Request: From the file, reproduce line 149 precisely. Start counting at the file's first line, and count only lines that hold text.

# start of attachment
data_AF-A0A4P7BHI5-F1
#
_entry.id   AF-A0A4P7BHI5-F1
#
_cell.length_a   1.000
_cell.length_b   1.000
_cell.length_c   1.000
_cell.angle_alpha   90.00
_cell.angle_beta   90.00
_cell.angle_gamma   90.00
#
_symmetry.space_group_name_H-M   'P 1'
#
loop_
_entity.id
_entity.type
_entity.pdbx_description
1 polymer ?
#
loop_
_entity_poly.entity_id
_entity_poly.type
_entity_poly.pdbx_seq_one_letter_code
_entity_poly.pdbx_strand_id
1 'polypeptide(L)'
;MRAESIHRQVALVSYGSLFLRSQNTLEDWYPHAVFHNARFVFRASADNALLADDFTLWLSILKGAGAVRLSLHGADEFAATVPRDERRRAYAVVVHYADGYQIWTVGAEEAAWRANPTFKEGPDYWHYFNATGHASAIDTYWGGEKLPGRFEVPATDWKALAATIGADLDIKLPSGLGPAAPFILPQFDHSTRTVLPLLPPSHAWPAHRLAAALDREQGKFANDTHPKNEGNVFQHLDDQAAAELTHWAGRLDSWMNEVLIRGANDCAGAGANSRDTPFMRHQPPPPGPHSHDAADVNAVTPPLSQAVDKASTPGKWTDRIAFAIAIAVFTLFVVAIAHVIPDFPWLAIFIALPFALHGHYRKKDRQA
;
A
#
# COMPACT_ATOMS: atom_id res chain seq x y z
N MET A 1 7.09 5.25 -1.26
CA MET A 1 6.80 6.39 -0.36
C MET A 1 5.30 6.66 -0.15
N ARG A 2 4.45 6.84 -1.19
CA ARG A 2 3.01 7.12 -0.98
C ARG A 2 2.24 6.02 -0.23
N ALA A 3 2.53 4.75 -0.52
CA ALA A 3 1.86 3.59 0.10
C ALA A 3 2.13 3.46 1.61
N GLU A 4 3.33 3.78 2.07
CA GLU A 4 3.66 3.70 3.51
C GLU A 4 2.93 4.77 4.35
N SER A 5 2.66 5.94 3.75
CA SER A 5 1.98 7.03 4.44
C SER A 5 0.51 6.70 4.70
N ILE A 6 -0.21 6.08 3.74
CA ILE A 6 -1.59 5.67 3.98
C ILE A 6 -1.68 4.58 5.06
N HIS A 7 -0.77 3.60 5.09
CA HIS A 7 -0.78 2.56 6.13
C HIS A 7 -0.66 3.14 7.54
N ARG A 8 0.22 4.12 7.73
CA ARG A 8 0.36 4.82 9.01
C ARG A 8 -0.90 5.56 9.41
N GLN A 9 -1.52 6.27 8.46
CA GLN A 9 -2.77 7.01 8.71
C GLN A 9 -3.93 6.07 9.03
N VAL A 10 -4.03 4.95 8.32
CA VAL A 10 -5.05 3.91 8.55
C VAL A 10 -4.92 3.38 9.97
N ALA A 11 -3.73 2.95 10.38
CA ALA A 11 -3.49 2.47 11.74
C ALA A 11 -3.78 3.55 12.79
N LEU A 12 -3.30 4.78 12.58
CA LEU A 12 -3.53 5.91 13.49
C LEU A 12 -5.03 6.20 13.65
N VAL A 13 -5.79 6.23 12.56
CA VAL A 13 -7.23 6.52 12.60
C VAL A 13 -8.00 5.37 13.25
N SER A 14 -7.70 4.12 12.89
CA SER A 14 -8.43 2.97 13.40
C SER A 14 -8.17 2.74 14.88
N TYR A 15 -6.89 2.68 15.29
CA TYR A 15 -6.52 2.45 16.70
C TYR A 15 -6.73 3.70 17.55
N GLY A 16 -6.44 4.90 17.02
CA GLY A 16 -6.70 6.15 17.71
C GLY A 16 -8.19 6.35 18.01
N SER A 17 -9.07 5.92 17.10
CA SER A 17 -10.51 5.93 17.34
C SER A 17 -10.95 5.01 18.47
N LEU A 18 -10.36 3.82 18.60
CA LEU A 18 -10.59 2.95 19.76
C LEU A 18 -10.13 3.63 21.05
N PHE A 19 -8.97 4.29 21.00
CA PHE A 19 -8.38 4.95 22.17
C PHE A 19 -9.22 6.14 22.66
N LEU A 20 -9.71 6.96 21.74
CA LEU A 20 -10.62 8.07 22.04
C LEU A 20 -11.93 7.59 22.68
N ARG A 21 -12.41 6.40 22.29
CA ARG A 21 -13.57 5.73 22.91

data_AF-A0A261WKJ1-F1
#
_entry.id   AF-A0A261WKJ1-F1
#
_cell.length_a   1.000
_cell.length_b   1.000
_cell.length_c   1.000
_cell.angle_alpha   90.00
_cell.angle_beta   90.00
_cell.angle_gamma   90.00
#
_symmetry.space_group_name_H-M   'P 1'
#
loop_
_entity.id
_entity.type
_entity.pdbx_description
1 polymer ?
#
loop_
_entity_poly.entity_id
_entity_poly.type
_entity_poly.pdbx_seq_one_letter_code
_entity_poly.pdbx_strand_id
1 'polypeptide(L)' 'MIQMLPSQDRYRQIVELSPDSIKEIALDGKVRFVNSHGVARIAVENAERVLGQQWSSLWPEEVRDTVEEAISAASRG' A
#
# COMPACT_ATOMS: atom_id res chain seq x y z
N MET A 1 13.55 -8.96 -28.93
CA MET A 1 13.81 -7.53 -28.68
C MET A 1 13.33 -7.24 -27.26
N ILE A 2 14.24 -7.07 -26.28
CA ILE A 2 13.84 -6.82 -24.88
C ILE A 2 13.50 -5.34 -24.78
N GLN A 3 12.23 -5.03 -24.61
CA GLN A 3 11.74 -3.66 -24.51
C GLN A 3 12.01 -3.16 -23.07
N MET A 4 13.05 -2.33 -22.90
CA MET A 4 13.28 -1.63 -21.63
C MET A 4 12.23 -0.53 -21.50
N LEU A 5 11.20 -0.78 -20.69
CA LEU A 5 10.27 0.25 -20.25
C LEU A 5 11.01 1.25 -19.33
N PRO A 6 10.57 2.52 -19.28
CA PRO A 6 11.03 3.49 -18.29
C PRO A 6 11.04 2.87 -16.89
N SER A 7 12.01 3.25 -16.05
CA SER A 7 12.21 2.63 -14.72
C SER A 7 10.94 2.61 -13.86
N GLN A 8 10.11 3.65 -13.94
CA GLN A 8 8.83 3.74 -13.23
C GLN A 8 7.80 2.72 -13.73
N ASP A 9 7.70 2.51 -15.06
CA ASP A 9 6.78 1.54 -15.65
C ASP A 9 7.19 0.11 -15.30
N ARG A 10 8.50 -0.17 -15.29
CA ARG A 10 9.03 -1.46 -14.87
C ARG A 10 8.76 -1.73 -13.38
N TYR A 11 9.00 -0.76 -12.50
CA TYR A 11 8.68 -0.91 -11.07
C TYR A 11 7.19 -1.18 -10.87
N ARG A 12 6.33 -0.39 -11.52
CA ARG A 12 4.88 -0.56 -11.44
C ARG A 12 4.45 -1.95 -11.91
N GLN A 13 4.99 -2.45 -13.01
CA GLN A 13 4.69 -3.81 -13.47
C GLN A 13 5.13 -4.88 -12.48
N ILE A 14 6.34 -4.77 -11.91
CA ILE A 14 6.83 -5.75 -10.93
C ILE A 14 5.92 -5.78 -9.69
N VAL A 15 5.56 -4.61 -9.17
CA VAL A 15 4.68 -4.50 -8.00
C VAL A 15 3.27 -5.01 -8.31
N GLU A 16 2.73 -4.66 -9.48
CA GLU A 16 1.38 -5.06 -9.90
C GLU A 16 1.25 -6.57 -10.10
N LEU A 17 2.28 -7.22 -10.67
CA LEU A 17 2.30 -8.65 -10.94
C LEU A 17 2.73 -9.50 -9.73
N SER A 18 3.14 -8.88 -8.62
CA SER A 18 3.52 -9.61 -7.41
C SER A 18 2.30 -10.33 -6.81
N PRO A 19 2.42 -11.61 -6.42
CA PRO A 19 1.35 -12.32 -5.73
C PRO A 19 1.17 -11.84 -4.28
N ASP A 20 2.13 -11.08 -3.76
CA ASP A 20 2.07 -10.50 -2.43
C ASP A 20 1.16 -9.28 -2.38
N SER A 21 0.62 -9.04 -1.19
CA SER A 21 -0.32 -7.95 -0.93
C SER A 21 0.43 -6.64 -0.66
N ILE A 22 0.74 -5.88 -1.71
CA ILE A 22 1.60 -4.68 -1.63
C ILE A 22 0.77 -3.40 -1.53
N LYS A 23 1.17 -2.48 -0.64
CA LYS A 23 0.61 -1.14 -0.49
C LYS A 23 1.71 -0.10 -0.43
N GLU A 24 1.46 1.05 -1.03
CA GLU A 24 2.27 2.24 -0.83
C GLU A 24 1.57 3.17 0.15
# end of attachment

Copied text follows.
C ARG A 10 8.76 -1.73 -13.38